Fashion should serve us not limit us!
How we can stand out and express who we are if we can’t use fashion. How we can find people with the same mindset if we keep hiding under boring clothes. How can we show our potential if we can’t catch attention of the audience?
Few weeks ago I was in Munich with my friends to attend an event.
We gathered in our hotel room to relax before dressing up for the evening. Suddenly someone knocked the door and my friend run to open. They knew each other very well.
When he entered the room I was immediately impressed by his outfit, wondering why he was dressed like this. He spotted my look and explained that he is coming directly from the office.
It increased my curiosity even more. Instantly I found myself asking for the full story.
And he started…
It all depends on the context
The other day I had an inquiry about giving a workshop about re-positioning a brand. First, there was a consultant who had a consulting for process optimization. Then he paused that business and went into different business fields in employment engagements and, after years, returned to his own company. He found himself in a different position with an evolved background, changed motivations, and a new vision for his company.
I was asked to set up a workshop concept that would challenge him in a very special way to get a breakthrough for his re-positioning of his own brand.
What I perceived was the task of really coming up with something that would shake up his current brand positioning. And I knew – only a real-time experience would be able to create such an intense experience. I was confident that only an “under the skin” challenge could make him move forward with confidence and an updated self-consciousness. However, this is what I understood, instead felt, as the briefing for the workshop.
In the moment of the briefing for the workshop I knew: I slide with some funny pictures won’t do the job. I needed something that went beyond, something that would open new doors, even for myself.
Questioning myself regarding gender identities, it came to my mind to make this workshop “a relevant experience for all of us.” So I decided to show up in a dress code setup no one would expect.
The morning of the workshop approached, and I got up, slipped into black 15 denier stockings with some fishnet tights over it, and put on a mini skirt and a regular (expected) business shirt on top.
I entered the foyer of the workshop venue – a co-working space. The ladies at the reception were irritated but did not mention with a word what really made them look twice at me. I, actually ignored their weird looks by appearing as natural as possible, and it actually worked out. My self-confidence gave them the psychological safety they needed to “deal with such a situation.”
I was encouraged, and I already scented that my idea might work out with the workshop participants later on.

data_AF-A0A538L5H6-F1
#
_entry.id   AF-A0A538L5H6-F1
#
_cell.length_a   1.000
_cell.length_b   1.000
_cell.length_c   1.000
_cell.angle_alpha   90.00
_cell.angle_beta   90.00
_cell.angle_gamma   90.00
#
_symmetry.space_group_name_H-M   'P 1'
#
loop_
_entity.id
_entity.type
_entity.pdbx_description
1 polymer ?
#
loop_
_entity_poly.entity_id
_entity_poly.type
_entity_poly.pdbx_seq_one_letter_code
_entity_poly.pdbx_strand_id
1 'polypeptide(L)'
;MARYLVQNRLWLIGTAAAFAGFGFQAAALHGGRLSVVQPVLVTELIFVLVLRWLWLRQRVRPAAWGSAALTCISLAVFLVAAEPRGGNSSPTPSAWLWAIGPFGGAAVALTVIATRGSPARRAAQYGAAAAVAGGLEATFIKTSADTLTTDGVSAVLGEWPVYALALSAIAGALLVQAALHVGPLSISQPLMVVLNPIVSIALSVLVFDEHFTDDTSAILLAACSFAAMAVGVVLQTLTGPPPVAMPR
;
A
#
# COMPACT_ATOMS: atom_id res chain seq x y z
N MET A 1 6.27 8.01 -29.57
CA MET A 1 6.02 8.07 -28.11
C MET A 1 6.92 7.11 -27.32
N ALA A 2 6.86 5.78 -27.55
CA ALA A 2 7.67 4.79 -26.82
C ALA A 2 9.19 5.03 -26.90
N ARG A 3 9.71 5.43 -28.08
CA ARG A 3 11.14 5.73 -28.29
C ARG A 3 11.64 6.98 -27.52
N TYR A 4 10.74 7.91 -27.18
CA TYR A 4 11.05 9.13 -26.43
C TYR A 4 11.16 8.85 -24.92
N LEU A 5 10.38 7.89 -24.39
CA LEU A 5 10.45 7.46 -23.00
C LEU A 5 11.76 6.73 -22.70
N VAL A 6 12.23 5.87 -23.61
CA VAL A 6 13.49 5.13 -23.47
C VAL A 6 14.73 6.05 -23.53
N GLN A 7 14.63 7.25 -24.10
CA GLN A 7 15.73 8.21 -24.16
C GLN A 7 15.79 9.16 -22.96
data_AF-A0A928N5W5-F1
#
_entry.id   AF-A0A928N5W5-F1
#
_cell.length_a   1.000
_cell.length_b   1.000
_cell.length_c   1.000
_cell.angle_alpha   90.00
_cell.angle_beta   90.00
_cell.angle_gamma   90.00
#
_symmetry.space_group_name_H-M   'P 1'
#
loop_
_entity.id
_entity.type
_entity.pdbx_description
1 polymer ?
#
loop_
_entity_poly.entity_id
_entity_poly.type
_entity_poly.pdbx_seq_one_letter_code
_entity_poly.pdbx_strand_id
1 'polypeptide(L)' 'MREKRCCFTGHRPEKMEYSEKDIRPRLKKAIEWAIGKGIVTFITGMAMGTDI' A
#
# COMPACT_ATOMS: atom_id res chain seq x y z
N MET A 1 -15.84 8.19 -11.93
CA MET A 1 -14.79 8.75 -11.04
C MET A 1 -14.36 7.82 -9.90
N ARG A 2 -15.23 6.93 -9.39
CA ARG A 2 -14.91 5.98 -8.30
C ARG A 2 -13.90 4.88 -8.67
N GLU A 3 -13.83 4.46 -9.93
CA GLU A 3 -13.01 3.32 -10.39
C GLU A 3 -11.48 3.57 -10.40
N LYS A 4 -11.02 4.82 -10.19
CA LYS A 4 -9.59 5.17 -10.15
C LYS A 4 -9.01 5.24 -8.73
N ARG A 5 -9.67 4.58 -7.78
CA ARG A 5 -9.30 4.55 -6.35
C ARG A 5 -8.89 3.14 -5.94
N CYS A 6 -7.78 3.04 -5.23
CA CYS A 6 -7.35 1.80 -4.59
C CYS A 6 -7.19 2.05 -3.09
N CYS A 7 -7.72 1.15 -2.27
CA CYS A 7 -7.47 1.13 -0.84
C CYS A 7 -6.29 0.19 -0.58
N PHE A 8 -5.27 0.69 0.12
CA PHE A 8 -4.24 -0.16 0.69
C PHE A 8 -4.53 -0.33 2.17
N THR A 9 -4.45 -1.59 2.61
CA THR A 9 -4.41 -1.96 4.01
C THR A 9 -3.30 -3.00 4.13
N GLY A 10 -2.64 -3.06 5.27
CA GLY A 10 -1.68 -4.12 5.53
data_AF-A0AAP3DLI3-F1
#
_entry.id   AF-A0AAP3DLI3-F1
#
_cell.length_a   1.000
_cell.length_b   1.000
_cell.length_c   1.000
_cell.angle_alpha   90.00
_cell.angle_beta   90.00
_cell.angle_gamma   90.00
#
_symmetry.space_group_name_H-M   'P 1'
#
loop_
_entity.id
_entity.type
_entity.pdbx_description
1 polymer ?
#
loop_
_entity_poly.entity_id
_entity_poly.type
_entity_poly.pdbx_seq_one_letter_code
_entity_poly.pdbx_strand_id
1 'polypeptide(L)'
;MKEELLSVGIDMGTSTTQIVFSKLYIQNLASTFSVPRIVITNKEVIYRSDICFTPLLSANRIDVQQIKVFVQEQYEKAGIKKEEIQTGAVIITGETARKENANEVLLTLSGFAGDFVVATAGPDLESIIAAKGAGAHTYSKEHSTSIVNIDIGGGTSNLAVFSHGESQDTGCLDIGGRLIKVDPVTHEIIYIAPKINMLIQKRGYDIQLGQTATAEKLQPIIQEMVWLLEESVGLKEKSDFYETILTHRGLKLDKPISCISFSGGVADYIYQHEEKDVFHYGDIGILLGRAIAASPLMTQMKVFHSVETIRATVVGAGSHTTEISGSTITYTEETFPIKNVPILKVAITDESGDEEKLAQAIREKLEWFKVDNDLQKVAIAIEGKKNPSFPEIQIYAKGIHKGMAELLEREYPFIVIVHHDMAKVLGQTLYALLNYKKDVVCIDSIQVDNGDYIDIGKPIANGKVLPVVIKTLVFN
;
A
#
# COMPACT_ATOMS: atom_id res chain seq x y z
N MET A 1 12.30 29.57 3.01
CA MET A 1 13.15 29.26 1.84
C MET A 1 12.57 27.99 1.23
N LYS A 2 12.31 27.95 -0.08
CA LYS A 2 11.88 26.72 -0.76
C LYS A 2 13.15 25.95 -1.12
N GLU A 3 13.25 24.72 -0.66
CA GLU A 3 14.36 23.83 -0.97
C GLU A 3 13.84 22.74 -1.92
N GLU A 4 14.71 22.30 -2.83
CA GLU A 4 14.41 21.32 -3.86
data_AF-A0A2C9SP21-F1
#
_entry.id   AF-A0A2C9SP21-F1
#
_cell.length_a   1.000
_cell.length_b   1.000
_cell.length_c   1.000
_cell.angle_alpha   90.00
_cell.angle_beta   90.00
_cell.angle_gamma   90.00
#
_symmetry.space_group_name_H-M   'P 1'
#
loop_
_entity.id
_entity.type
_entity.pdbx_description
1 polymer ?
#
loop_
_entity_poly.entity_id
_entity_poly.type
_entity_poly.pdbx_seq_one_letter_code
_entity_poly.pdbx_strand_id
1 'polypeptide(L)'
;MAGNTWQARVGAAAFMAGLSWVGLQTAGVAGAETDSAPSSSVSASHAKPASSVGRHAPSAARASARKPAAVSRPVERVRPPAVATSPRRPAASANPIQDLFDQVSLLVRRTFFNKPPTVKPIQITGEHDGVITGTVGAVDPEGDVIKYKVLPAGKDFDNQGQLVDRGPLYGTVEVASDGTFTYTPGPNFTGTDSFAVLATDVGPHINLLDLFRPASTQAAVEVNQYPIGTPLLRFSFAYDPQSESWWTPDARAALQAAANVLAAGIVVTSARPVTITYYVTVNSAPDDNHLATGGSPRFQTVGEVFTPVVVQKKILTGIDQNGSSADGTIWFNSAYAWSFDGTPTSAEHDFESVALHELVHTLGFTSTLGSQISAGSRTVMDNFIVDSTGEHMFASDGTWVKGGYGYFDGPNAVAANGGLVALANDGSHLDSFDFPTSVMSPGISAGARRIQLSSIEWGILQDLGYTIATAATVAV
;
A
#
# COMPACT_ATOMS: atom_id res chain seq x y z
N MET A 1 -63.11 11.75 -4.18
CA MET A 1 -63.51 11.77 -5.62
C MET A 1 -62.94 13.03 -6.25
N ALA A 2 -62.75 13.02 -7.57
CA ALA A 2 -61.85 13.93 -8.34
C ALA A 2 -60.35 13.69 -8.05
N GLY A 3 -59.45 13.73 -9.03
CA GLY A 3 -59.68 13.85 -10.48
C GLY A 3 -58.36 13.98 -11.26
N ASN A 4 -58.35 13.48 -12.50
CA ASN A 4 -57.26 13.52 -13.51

Then, my contact person for the workshop arrived, just having one comment on my outfit: “Oh, I see you have dressed up nicely for our workshop!”
Entering the workshop room together with him, I had the same experience. People were staring at me, so attention had been created. After the short introduction of my contact, it was high time to ask how everybody felt about my appearance. This was when the ice broke, and everybody (100% men) was relieved to express their feelings.
The statements were beyond expectations, and people were opening up regarding their own fears of showing up like they really are and how they are. They talked about the masks they thought they had to wear when entering the business space. They were appreciating the chance to talk about the “backstage shit”, which they would never have done without me coming up with such a statement about wearing a skirt in public, and beyond more in a workshop with white-collar guys.
Then we started with the workshop, and it turned out that the story of the skirt went viral. There were parts of their own brand that everybody knew. However, the unknown parts (the skirt parts) and the new competencies were the ones that were the ones that re-defined the positioning of the brand. “I did not know that facet”, “Wow, that’s something I did not know about you, but tell me more”, and “Are there some facets I missed out about you?” were the statements that reflected precisely the first statements they had regards me wearing the skirt:
“I did not know that you …”, “We thought that we would know you, but did we miss out a facet here?” – all the statements they were mentioning regarding the skirt were suddenly fitting their own situation regarding the brand they wanted to put into a re-positioning.
And that’s the right time to talk about “context.” It is always about context. Wearing a skirt at a random event would not be effective regarding attention, awareness, and the courage to talk about it.
His self confidence was electrifying. His experience encouraging and his look inspiring.
I could only imagine the impact he could have if he would come in leather skirt ;)
Authentic experience, written by Thilo Mutter.